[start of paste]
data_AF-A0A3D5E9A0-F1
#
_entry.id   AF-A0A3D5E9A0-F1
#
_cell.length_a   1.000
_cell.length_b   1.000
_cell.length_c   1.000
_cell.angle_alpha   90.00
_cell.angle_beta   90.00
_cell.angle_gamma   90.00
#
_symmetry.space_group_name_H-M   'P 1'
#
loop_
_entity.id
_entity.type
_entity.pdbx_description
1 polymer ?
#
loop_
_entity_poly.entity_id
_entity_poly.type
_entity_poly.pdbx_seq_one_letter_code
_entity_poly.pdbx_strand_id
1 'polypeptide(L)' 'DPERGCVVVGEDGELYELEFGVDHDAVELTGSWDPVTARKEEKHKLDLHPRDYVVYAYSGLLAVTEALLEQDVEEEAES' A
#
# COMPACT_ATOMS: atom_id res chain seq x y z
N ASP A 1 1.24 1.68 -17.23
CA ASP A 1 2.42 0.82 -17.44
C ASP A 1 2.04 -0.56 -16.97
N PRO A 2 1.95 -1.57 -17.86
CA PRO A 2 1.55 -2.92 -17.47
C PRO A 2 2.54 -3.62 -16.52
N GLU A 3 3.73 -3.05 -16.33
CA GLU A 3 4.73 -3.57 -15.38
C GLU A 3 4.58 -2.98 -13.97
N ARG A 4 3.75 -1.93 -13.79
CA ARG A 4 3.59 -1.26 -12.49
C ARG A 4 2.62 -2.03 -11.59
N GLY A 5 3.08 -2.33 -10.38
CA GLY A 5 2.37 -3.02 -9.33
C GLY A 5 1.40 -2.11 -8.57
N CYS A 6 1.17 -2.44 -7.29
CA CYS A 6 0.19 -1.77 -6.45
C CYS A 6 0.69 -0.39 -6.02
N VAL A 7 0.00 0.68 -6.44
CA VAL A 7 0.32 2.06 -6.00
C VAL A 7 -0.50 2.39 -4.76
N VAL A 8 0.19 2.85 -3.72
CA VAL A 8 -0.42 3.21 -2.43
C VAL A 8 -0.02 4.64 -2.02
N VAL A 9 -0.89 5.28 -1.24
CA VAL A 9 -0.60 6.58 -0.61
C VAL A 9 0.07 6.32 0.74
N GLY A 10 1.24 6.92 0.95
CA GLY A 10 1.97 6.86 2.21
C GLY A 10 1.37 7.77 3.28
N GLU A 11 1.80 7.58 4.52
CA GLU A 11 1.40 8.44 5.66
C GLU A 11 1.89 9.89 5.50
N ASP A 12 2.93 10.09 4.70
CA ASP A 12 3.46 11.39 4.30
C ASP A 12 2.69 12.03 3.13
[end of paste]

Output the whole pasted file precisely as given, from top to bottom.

data_AF-A0A3D5E9A0-F1
#
_entry.id   AF-A0A3D5E9A0-F1
#
_cell.length_a   1.000
_cell.length_b   1.000
_cell.length_c   1.000
_cell.angle_alpha   90.00
_cell.angle_beta   90.00
_cell.angle_gamma   90.00
#
_symmetry.space_group_name_H-M   'P 1'
#
loop_
_entity.id
_entity.type
_entity.pdbx_description
1 polymer ?
#
loop_
_entity_poly.entity_id
_entity_poly.type
_entity_poly.pdbx_seq_one_letter_code
_entity_poly.pdbx_strand_id
1 'polypeptide(L)' 'DPERGCVVVGEDGELYELEFGVDHDAVELTGSWDPVTARKEEKHKLDLHPRDYVVYAYSGLLAVTEALLEQDVEEEAES' A
#
# COMPACT_ATOMS: atom_id res chain seq x y z
N ASP A 1 1.24 1.68 -17.23
CA ASP A 1 2.42 0.82 -17.44
C ASP A 1 2.04 -0.56 -16.97
N PRO A 2 1.95 -1.57 -17.86
CA PRO A 2 1.55 -2.92 -17.47
C PRO A 2 2.54 -3.62 -16.52
N GLU A 3 3.73 -3.05 -16.33
CA GLU A 3 4.73 -3.57 -15.38
C GLU A 3 4.58 -2.98 -13.97
N ARG A 4 3.75 -1.93 -13.79
CA ARG A 4 3.59 -1.26 -12.49
C ARG A 4 2.62 -2.03 -11.59
N GLY A 5 3.08 -2.33 -10.38
CA GLY A 5 2.37 -3.02 -9.33
C GLY A 5 1.40 -2.11 -8.57
N CYS A 6 1.17 -2.44 -7.29
CA CYS A 6 0.19 -1.77 -6.45
C CYS A 6 0.69 -0.39 -6.02
N VAL A 7 0.00 0.68 -6.44
CA VAL A 7 0.32 2.06 -6.00
C VAL A 7 -0.50 2.39 -4.76
N VAL A 8 0.19 2.85 -3.72
CA VAL A 8 -0.42 3.21 -2.43
C VAL A 8 -0.02 4.64 -2.02
N VAL A 9 -0.89 5.28 -1.24
CA VAL A 9 -0.60 6.58 -0.61
C VAL A 9 0.07 6.32 0.74
N GLY A 10 1.24 6.92 0.95
CA GLY A 10 1.97 6.86 2.21
C GLY A 10 1.37 7.77 3.28
N GLU A 11 1.80 7.58 4.52
CA GLU A 11 1.40 8.44 5.66
C GLU A 11 1.89 9.89 5.50
N ASP A 12 2.93 10.09 4.70
CA ASP A 12 3.46 11.39 4.30
C ASP A 12 2.69 12.03 3.13